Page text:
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Informative screens at network log in

Our IT department has been tasked with coming up with a way to make a "splash screen" pop up when an employee logs in to their computer.  These screens notify of upcoming firm events, meeting dates and times, etc.  

We have managed to achieve that with the following steps:
1) Create an .html file named the date the screen will run (i.e. 4-14-14.html)
2) Create a .bat file to copy that .html file to a network location
3) Create a scheduled task to run the .bat file on the appropriate date
4) Add a line to every employee's login script to open the .html file in the network location if it exists

The process works, but it's obviously extremely time consuming, especially since a lot of the screens change dates and thus, we have to start over.  That's a three step process for each screen!

Anybody know of a better way to achieve a customized screen that pops up on a specified date at log in?  And since we're not programmers, a third party software solution would be great!
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sec1971
Asked:
sec1971
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1 Solution
 
Adam BrownSr Solutions ArchitectCommented:
Well, you could just create a scheduled task that runs when the users log on, deploy it via GPO the night before the scheduled deploy time, and set it to run the network based HTML file.
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KorbusCommented:
Need to think about how to implement this a bit more but... Naming the file by date is smart,  why do you rename it?  If your logon script can simply call the html file by name/date (dynamically creating the name, from the current system date, at run time), there would be no need to adjust GPO's or scripts or anything- just put the new file in place.  (This also give you/users an archive of past notices.)

edit/addition:
This is a sample of what you can do in the logon script (echo is for debugging):

set filename=\\server\share\folder\%date:~10%%date:~4,2%%date:~7,2%.html
echo %filename%
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sec1971Author Commented:
It is hard to believe no one else is doing something like this. It gets information in front of employees as soon as they login. We call it a splash screen. Is there something else it is more commonly called?
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KorbusCommented:
I agree, I think it's a great place to distribute company wide info.  
Splash screen sounds like a good name for it, to me.


It's really no big deal, just curious why you only graded the solution I provided with a "B"?  Unlike school grades, usually this means I provided only a partial solution, but left something out.
http://support.experts-exchange.com/customer/portal/articles/481419
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sec1971Author Commented:
I guess it's not your fault and I should have given you an A. It is our process that deserves the B. I was hoping for a solution completely different from what we were using instead of a better version of what we are doing.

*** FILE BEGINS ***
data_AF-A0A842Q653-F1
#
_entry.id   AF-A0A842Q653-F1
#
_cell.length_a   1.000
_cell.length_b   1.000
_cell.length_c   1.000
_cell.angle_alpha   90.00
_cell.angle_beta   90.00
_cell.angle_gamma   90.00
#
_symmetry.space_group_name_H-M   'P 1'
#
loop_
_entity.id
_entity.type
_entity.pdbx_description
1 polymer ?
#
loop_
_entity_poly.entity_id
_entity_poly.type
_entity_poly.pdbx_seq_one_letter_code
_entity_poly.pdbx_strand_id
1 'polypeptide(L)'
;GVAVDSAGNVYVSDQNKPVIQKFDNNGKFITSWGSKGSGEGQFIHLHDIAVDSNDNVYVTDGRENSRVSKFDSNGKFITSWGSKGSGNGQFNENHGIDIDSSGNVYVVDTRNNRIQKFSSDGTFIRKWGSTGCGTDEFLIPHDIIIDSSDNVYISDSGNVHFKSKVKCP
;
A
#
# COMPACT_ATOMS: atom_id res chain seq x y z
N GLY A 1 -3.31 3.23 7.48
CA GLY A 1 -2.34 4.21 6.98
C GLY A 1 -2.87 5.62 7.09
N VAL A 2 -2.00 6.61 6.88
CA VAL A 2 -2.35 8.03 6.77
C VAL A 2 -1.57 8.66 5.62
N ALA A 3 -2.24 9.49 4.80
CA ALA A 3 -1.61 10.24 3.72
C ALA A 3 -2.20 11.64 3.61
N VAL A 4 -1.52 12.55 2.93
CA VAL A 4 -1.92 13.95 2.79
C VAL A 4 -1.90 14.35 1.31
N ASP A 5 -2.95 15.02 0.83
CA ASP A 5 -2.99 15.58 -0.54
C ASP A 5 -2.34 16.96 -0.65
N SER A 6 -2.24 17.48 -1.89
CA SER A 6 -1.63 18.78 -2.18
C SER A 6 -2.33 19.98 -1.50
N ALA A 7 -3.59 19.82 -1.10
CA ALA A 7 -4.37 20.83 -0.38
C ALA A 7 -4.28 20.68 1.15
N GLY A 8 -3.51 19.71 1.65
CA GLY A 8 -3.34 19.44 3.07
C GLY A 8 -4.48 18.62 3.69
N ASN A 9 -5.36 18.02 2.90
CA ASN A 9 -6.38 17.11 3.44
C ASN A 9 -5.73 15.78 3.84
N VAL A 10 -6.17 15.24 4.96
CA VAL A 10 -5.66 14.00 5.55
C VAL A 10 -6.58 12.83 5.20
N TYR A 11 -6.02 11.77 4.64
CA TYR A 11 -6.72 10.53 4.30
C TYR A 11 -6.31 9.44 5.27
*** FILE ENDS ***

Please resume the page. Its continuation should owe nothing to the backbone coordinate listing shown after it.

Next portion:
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KorbusCommented:
All good: grade explanation is appreciated.

The solution of simply putting the file in place sounds pretty good/simple to me.  

Automating the other half of this solution:
Now that you have automated distribution, I'd think the next step would be automate the generation of the file.  If you create an interface (like a SQL/ACCESS DB)  where executives can add in bullet points, and specify dates that they should be displayed on the splash screen.  A daily process can export (or generate an HTML report), containing the appropriate bullet points, based on date, and create the splash screen with that (in the correct location with the correct filename.)
Obviously this is NOT a simple project, but once done, you & your IT guys wont have to deal with splash screens everyday, and you will have a workflow process in place for executives to add items to splash screens.
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sec1971Author Commented:
Korbus,

set filename=\\server\share\folder\%date:~10%%date:~4,2%%date:~7,2%.html
echo %filename%

Thanks for this solution.  Can you please give me an example of exactly what the name of the file should be for a specific date to work with this script line?  I can't tell by looking at your entry above what format the date (filename) should be (i.e. 04-18-14, 18-04-2014, etc.)?
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KorbusCommented:
Sorry for the long answer, but "give a man a fish..."

That's what the ECHO command is for.  Simply copy those two commands into a batch file and run it.  This will show you the output date format.
Obviously, you can change around the formatting to match what you want.  Then, after making a change run the batch file again to confirm the output.  When satisfied, implement it in your solution.

the batch file works as follows:
%date%  in a batch file returns the date in the following format "WKD MM/DD/YYYY" (WKD stand for a three letter name of the weekday: Mon, Tue, etc...)
(You can type ECHO %date% at a command prompt to see it's output.)

The ":~10" means extract from the 10th (zero based index) character to the end (YYYY)
the ":~4,2" means extract 2 characters, starting from the 4th character
0123456789012345
WKD MM/DD/YYYY

Open in new window

So,
%date:~4,2%  mean extract only the MM from %date%


Just let me know if you need more clarification.
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